Just like their Major League Baseball counterparts, officials for the Central Ohio Miracle League have a vigorous spring training schedule.

Just like their Major League Baseball counterparts, officials for the Central Ohio Miracle League have a vigorous spring training schedule.

But unlike their big league brethren, these local volunteers aren't worried about getting that extra mile per hour out of a rookie pitcher or upping the bat speed of their star designated hitter. Instead, they are working to ensure the best baseball experience possible for the hundreds of children with special needs who participate in the program each year.

And with the opening of the baseball league's fourth season set for May 3, there is a lot to do.

Last year, about 250 children ages 3 through 30 played on 16 teams on the specially designed and built Miracle Field at Dublin's Darree Fields Park.

This year, league director David Abood said, the league hopes to field 18 teams with a total of nearly 300 players.

When players return to the field, they will find alongside it a new universally accessible playground, completed late last fall. Abood said the all-volunteer organization raised about $350,000 to build the facility.

The field itself, including lights for night games, cost the organization about $350,000 with the balance of the approximately $800,000 bill covered by donated labor, materials and land. The city of Dublin also contributed handicapped-accessible restrooms and a storage facility to the complex.

This year, the organization is raising money to add a shelter at the park, at an anticipated cost of $40,000 to $50,000.

"We would love to get it done some time during the early summer for people to enjoy yet this season," Abood said. "We feel that it would allow the families to spend time there. It's out of the sun and it provides electricity. Instead of spending an hour playing baseball, now they can spend two or three hours having parties and picnics out there. We felt it was just the icing on the cake for them."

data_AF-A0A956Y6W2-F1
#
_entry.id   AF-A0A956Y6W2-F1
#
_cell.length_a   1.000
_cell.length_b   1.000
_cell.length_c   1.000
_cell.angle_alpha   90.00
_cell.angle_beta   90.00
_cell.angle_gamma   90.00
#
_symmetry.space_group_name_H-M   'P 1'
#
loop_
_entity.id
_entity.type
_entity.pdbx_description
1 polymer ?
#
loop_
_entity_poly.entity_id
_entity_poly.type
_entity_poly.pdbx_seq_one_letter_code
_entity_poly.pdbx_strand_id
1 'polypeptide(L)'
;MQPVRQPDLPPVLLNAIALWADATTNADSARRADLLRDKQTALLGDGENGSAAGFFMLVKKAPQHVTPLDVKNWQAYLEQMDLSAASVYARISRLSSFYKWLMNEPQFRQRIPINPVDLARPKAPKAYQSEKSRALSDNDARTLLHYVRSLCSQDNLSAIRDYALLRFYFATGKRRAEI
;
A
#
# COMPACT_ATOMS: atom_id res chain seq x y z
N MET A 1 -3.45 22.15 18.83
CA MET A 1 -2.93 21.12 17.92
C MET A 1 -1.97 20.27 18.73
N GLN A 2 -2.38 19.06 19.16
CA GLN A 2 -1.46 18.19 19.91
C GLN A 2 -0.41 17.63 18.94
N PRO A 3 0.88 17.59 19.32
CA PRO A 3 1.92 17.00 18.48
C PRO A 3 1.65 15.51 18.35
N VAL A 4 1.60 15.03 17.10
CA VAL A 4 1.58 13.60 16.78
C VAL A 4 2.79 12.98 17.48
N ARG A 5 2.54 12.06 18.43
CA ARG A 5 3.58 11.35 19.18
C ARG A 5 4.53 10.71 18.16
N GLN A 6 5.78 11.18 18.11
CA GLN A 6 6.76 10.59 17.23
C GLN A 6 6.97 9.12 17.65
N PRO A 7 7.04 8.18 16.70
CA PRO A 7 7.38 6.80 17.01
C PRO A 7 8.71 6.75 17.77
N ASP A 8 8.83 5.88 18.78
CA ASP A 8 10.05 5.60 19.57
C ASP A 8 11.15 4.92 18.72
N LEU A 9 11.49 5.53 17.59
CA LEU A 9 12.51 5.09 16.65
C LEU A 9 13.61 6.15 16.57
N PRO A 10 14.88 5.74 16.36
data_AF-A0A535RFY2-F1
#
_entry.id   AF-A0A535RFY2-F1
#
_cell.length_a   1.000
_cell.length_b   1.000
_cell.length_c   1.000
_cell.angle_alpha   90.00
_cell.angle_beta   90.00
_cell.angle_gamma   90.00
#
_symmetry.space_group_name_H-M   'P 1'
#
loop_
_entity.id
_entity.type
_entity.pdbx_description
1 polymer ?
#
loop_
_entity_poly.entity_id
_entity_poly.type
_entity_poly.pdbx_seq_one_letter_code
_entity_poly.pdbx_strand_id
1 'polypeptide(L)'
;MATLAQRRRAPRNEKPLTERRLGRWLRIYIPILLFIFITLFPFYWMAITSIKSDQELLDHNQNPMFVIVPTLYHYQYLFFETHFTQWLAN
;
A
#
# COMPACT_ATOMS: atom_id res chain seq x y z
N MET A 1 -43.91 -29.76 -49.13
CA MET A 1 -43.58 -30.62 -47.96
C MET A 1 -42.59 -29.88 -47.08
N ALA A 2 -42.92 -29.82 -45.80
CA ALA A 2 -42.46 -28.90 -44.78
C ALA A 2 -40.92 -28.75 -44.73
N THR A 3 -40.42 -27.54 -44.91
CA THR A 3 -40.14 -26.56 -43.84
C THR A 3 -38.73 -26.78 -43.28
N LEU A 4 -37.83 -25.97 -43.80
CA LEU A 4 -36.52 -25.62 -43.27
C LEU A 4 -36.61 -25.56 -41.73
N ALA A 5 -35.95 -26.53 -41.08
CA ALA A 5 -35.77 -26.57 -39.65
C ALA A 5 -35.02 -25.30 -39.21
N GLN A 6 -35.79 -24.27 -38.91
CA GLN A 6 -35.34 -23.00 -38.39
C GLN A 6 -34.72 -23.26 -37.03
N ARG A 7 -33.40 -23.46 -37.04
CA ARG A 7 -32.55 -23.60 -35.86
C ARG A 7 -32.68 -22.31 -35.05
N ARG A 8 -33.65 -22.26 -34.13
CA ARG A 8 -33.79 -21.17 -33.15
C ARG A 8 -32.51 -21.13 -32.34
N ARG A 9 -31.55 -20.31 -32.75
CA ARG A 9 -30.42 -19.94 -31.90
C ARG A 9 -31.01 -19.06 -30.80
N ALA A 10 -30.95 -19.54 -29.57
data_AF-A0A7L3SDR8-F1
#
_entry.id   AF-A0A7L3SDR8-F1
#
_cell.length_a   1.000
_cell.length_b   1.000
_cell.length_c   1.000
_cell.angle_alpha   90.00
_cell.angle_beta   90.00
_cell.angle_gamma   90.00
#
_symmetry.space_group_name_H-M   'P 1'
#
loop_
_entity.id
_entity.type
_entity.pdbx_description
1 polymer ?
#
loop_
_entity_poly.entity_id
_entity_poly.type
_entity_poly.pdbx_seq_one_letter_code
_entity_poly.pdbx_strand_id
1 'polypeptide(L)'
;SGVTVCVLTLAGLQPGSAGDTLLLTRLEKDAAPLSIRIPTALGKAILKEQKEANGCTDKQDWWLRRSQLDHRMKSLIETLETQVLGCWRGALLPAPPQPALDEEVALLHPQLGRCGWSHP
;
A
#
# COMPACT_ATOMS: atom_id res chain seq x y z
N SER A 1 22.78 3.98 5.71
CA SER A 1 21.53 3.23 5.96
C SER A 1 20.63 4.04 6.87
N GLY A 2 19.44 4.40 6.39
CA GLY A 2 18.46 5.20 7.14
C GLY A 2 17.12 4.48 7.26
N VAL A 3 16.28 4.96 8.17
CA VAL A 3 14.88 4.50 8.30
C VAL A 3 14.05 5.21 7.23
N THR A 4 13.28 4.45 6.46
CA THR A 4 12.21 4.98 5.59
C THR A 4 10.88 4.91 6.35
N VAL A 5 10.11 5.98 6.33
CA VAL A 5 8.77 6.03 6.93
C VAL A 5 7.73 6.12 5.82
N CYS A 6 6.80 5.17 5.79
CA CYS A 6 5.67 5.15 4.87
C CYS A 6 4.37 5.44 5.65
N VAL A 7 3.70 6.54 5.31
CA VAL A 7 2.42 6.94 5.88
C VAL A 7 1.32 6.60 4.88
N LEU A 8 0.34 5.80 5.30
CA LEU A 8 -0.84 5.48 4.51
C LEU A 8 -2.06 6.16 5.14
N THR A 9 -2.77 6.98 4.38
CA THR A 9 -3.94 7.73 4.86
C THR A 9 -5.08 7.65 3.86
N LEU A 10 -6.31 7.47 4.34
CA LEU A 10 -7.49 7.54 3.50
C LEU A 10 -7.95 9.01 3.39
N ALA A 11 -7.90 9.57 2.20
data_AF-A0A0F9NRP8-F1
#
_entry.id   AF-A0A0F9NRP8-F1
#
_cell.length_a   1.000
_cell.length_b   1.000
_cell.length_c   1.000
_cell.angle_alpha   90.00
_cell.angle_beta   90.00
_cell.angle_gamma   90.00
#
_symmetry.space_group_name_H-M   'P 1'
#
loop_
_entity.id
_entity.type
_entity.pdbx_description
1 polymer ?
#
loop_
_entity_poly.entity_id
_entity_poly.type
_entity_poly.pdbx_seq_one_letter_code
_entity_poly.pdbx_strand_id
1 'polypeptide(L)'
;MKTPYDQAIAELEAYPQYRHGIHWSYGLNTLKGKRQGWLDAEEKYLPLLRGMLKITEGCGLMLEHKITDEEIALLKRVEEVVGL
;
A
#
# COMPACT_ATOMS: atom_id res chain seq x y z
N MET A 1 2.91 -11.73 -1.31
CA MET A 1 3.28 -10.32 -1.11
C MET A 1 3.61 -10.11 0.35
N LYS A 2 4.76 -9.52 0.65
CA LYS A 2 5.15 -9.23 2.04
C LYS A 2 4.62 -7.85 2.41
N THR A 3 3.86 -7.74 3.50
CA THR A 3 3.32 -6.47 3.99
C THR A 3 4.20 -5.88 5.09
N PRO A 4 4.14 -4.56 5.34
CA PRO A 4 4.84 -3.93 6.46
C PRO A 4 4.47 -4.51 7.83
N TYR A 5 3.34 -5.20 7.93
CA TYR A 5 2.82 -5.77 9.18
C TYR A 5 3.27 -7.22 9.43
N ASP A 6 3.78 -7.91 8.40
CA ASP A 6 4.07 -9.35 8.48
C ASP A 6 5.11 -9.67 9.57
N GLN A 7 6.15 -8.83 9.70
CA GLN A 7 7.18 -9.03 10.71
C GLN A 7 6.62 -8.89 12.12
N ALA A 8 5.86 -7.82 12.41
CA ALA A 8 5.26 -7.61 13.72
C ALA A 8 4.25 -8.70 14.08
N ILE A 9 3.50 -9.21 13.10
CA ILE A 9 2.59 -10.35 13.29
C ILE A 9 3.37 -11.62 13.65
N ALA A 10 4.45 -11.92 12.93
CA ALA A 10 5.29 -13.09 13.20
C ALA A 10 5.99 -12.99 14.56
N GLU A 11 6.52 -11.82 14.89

Abood said the league has grown so large that the two-inning games in which every player bats and fields run back-to-back from 10 a.m. to 7 p.m. nearly every Saturday during the 10-week season. So many children want to play that games for those age 15 and up have been moved to Thursday nights.

"You hate to go into (another) day, but wow, it could happen down the road," Abood said. "It's a good problem to have."

To keep up with the program's growth, organizers of the all-volunteer league are considering hiring a full-time executive director. With virtually no advertising, Abood said, the Central Ohio Miracle League has grown to one of the largest of its kind in the country.

The league's popularity, Abood said, is a function of a pent-up demand for activities for children with disabilities, especially team sports.
"There are a lot of first times here for these kids," Abood said. "For many of these kids, it's the first time they've ever gotten to wear a uniform. It's their first time for trophies, the first time for uniforms, the first time for teammates and the first time for snacks after the game. You could just go on and on."

The unique baseball program also represents a first for many of the players' parents and gives them an experience parents of typically developing children often take for granted, Abood said.

"One of the best things abut the Miracle League is that parents can just sit back and watch," he said. "They don't have to get out there and help. It's all taken care of by our volunteers."

Each player in the league is teamed with a "buddy" or coach, with whom he or she plays throughout the season. Buddies are all volunteers and the only qualification is that they be at least 12 years old.

"People are just coming out of the ground to help us, but because we are growing, we never have enough volunteers," Abood said. "Every child has a buddy and those buddies just make it work. Without the buddies, there wouldn't be a Miracle League."

For more information about how to get involved with the Central Ohio Miracle League as a participant, volunteer or donor, go to www.ohiomiracleleague.org.


Miriam L. Segaloff lives in Gahanna with her husband and daughter. She has more than 17 years experience in writing, editing and communications.